The men’s and women’s wheelchair races at the Virgin Money London Marathon will feature the new Abbott World Marathon Majors Accumulator sprint competition on the looped course in St James’s Park on Sunday 4 October.

There will be four sprints within each race (men’s and women’s) over a distance of c539 metres in the clockwise circuits of the course.

The athlete who records the fastest time over each sprint (who will not necessarily be the first athlete to complete the sprint) will win prize money in a “winner takes all” format. The same sum will be awarded to the charity of the athlete’s choice (each will select from a list of UK-registered charities that work in disability sport).

The sprints will be held at the start of Lap 5 (15 laps to go), start of Lap 9 (11 laps to go), start of Lap 13 (7 laps to go) and start of Lap 18 (2 laps to go).

The digital finish gantry (which is the start line for the Abbott World Marathon Majors Accumulator) will display the information to the athletes. The men’s and women’s sprints will take place at different times in the race so the left-hand side of the gantry will be used to display information for the men’s race and the right-hand side will be used to display information for the women’s race.

The prize money for each sprint will vary – see list below – and athletes will not know in advance the prize money for each of the sprints. This will be communicated to them during the race by using the digital gantry display in the lap before the sprint.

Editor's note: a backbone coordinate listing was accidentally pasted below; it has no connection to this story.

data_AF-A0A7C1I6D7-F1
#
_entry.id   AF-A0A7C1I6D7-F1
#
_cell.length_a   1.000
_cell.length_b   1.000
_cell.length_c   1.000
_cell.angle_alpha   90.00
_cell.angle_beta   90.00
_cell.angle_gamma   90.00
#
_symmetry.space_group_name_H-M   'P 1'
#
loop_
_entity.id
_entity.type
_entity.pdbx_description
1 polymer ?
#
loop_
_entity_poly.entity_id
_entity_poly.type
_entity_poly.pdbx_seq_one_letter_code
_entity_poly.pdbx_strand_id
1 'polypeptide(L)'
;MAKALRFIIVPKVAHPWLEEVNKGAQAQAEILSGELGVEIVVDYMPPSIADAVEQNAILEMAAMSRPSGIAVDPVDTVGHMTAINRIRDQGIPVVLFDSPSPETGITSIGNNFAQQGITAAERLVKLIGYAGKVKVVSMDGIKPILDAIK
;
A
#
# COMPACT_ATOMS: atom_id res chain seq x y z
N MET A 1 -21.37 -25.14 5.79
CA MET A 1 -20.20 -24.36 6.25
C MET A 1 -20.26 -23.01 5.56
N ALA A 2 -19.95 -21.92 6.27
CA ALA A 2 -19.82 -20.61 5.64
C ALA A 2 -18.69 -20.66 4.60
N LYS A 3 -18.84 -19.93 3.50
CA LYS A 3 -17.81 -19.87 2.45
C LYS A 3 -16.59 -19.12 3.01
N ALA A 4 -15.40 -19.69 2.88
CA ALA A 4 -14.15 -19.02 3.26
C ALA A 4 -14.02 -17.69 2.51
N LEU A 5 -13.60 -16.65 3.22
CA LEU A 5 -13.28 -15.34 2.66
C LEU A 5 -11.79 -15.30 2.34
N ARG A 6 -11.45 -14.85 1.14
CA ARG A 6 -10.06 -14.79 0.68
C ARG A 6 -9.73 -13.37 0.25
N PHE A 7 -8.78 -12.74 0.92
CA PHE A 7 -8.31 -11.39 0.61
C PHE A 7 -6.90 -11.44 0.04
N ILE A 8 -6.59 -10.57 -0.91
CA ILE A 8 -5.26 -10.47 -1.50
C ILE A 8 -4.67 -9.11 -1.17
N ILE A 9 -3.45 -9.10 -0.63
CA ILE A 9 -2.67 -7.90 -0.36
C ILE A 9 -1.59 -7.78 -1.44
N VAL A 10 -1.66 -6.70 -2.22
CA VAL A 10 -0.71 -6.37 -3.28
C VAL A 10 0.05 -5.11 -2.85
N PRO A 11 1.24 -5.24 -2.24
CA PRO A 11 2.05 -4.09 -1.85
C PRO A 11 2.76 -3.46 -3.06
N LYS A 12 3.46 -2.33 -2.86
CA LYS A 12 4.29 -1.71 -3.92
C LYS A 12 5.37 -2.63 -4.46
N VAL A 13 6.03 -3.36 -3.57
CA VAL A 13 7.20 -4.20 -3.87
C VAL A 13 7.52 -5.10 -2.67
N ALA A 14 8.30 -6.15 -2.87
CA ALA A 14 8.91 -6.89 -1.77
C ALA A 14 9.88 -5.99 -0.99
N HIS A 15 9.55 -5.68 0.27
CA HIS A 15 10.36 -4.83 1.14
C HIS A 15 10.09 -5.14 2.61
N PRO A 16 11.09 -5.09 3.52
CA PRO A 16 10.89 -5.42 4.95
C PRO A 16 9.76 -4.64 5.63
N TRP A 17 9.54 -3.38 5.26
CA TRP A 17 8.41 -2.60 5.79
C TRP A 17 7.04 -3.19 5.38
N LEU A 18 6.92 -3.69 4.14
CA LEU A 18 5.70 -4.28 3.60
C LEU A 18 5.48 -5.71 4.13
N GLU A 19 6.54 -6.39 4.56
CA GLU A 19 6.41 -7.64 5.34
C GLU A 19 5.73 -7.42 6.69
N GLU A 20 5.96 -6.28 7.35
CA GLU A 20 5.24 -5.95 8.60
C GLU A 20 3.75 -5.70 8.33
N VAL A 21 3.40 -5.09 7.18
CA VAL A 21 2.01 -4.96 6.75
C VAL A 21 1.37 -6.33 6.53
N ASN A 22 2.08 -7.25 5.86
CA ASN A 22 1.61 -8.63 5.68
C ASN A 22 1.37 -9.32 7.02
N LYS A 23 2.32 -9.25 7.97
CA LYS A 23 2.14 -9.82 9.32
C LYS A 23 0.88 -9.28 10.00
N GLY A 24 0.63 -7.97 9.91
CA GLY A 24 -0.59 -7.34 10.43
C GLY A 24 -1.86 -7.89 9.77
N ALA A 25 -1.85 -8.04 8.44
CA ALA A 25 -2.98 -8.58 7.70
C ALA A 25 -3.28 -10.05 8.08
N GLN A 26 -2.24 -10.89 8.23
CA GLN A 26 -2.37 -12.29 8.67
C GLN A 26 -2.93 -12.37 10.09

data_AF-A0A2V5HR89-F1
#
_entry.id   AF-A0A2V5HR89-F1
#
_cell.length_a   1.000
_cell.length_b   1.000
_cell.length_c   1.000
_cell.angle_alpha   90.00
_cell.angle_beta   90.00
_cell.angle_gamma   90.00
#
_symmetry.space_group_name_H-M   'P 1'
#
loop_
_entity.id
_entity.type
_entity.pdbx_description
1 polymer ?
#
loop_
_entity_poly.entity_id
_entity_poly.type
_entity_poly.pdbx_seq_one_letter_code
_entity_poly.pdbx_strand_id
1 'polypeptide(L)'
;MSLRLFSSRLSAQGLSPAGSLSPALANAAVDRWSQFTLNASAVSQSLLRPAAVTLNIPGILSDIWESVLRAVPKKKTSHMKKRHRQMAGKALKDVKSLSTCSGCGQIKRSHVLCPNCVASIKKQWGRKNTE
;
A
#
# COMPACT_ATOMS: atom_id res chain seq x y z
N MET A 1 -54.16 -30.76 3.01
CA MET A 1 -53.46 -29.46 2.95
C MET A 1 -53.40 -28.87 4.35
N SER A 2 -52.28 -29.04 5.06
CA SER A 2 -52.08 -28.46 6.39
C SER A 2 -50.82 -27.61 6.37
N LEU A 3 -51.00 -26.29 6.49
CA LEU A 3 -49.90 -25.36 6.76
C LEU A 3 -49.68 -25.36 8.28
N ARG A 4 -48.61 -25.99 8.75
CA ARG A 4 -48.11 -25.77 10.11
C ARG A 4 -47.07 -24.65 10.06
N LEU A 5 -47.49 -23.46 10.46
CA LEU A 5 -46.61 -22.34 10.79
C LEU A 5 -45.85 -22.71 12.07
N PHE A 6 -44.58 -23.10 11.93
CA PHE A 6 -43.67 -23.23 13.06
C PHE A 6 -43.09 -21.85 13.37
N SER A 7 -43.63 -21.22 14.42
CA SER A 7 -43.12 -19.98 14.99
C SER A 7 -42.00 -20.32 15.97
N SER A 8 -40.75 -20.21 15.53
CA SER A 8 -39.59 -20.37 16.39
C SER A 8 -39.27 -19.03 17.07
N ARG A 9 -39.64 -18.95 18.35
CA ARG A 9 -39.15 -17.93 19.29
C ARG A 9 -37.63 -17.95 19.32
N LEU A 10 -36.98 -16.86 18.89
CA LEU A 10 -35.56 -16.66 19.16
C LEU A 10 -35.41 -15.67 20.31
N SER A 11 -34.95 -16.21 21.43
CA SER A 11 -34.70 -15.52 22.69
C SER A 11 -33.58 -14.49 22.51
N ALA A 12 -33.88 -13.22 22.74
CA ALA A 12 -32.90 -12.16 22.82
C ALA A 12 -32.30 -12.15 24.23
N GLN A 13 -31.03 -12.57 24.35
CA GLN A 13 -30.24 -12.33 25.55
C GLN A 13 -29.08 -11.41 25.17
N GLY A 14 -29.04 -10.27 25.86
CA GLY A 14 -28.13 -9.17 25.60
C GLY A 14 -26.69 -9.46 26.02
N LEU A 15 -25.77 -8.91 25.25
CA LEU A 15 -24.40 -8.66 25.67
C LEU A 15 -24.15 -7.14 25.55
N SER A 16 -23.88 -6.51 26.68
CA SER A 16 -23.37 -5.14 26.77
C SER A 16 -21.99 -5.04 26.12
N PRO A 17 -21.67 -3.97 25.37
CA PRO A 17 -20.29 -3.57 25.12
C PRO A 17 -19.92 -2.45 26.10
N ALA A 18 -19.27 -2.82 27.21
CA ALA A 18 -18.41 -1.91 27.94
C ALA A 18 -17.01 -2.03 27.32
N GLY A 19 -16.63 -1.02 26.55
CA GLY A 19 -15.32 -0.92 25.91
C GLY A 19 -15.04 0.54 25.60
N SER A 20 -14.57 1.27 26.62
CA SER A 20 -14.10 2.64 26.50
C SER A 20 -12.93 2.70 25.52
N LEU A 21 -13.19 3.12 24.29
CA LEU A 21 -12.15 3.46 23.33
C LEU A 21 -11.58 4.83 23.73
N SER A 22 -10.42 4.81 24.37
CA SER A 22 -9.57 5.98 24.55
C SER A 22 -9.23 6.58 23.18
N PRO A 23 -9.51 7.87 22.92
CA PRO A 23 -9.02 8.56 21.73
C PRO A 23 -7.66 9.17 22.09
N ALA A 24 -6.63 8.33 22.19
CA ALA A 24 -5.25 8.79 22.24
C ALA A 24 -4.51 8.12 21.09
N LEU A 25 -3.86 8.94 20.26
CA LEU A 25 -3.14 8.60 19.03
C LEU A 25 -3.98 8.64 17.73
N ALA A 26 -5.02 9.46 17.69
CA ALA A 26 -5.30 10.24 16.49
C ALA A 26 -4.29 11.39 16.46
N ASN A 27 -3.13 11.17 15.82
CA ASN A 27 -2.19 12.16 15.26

The prize money for the four sprints will be $4,000, $3,000, $2,000 and $1,000 in each of the men’s and women’s races.

The total prize money available is $10,000 for each race and the total donations available for charities is $10,000 for each race (grant total of $40,000).

Hugh Brasher, Event Director of the Virgin Money London Marathon, said: “The Abbott World Marathon Majors Accumulator is an exciting addition to the wheelchair races and builds on the concept of the Abbott Flying 400 sprint competition we introduced last year. It’s very popular with the athletes, adds an exciting element for the TV viewers and supports charities that do so much to enable people with a disability to participate in and enjoy sport.”

The men’s and women’s wheelchair races start at 13:10 on Sunday 4 October and will be broadcast live on BBC 2, with uninterrupted coverage on the Red Button and BBC Sport website.